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Journal articles: The loneliest literature


by Sarah Scoles

Let's say you're a scientist. You spend years of your life researching a topic. You get bone spurs from too much pipetting and carpal tunnel syndrome from too much coding. Then you have results, and you write them up into a paper full of informative and well labeled figures, and you send it off the be refereed. If you're lucky the editors wont use your manuscript as a coffee coaster, and once (if) it is accepted and printed, who reads it? 

Well, your collaborators (hopefully). And the peer-review panel (fingers crossed). And some woman who studies pretty much the same thing as you (will skim the figures and discussion). 

But 50% of peer-reviewed journal articles that are published are never cited, which not only gives graduate students across the world another reason to be depressed, but means that more than half of scientific research disappears into obscurity without adding another wall or floor to the building of scientific knowledge.

Either most papers do not describe useful or good science, or people do not read most papers.

This post deals with the latter options and asks the question, "Why don't people read scientific journal articles?"

I made up four reasons, and we'll see if you agree with them.

1. Jargon 
Webster Man says that jargon is "confused unintelligible language;  the technical terminology or characteristic idiom of a special activity or group; obscure and often pretentious language marked by circumlocutions and long words."

Jargon allows specialists in a field to communicate with each other in an efficient way. A single word of jargon can sum up all components of a complicated concept, so that instead of explaining the whole concept every time she needs to refer to it, a scientist can just use the word or phrase. That saves a lot of time. However, it excludes people who could understand the concept but do not know the secret passphrase for it. 

2. Passive Voice
Passive voice is when plans are made, experiments are done, conclusions are come to, and results are written up, all magically without someone to do them (or they are done by someone, rather that someone just doing them). Passive voice takes the action and the actors away, or at least deemphasizes them. The idea behind this removal of the person is that science is impersonal, so the people should be not take center stage in the write-ups. That makes sense, except that, you know, they are the ones doing the science and that does kind of matter.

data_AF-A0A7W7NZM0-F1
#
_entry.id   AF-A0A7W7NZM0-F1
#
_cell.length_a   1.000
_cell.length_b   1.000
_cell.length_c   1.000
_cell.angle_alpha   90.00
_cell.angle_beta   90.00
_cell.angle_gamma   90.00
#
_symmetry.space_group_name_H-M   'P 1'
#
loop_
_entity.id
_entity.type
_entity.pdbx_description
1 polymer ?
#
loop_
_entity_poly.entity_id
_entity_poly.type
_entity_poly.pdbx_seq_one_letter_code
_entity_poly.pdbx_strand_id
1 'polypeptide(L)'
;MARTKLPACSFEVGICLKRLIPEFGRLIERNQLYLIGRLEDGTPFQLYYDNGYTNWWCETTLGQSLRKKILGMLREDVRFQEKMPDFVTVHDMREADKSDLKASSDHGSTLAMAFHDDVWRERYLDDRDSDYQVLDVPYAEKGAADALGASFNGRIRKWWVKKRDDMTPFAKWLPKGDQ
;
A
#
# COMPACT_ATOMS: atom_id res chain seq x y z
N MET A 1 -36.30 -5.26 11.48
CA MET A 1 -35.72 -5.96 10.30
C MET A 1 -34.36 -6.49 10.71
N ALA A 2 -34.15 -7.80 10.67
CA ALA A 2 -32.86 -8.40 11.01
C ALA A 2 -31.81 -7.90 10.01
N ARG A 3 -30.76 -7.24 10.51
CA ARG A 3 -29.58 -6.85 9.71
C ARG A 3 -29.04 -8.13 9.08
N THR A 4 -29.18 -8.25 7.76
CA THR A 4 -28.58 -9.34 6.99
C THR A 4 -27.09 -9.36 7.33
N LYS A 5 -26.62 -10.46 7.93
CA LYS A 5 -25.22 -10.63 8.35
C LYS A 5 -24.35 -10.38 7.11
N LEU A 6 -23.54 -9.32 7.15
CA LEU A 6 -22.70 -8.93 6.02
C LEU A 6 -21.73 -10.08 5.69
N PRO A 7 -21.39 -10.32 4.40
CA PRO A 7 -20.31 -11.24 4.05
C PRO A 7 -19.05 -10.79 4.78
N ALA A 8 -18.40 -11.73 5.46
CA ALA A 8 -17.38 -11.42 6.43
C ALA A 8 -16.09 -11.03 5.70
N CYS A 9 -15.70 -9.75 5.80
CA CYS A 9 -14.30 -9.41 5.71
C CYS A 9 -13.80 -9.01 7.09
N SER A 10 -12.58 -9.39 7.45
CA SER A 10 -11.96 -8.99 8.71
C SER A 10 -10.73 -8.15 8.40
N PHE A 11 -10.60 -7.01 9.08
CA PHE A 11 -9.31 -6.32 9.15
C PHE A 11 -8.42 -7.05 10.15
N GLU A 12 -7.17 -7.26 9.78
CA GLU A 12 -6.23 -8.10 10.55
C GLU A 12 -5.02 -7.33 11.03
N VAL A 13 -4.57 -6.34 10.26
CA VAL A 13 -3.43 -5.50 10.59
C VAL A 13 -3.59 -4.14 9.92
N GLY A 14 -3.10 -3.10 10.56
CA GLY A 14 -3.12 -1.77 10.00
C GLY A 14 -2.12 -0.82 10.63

However, paper authors also tend to use passive voice in sentences that don't involve people, and it obscures the cause-effect relationships (what is doing what) that are the whole point of the science.

3. Lack of authorial enthusiasm
The tone of journal articles is flat, suggesting both that everything in the paper has equal importance and that none of it is interesting to the people who wrote it. And if the people who did all that work aren't excited, why should the reader be excited? It's more fun to read words that someone else had fun writing. The ideas behind this problem are
a) the importance of the data and the conclusions should speak for itself, and you should both recognize and care about that importance because it is self-evident.
b) science is about objective truth-seeking, so the papers should be 100% dispassionate.
To read a scientific paper: dive in, get the information, get out as fast as you can; whatever you do, do not enjoy reading it.

4. Isolated topics
As the name of this blog implies, many of the questions being answered in science right now are "smaller." In good papers, authors relate small, specific problems back to larger issues, whether they be sturdy scientific umbrellas (like "this helps us figure out how galaxies came to exist")  or human-centered problems (like "this adds to our understanding of how psychiatric medicine actually works in the body"). In bad papers, the new, pure knowledge is enough (like "The beam shape of pulsar J1045+3958 looks like this plot") and is isolated from contexts into which it could be put. All papers would be better if authors explained the importance of the specific problem to the general, underlying principles of the field.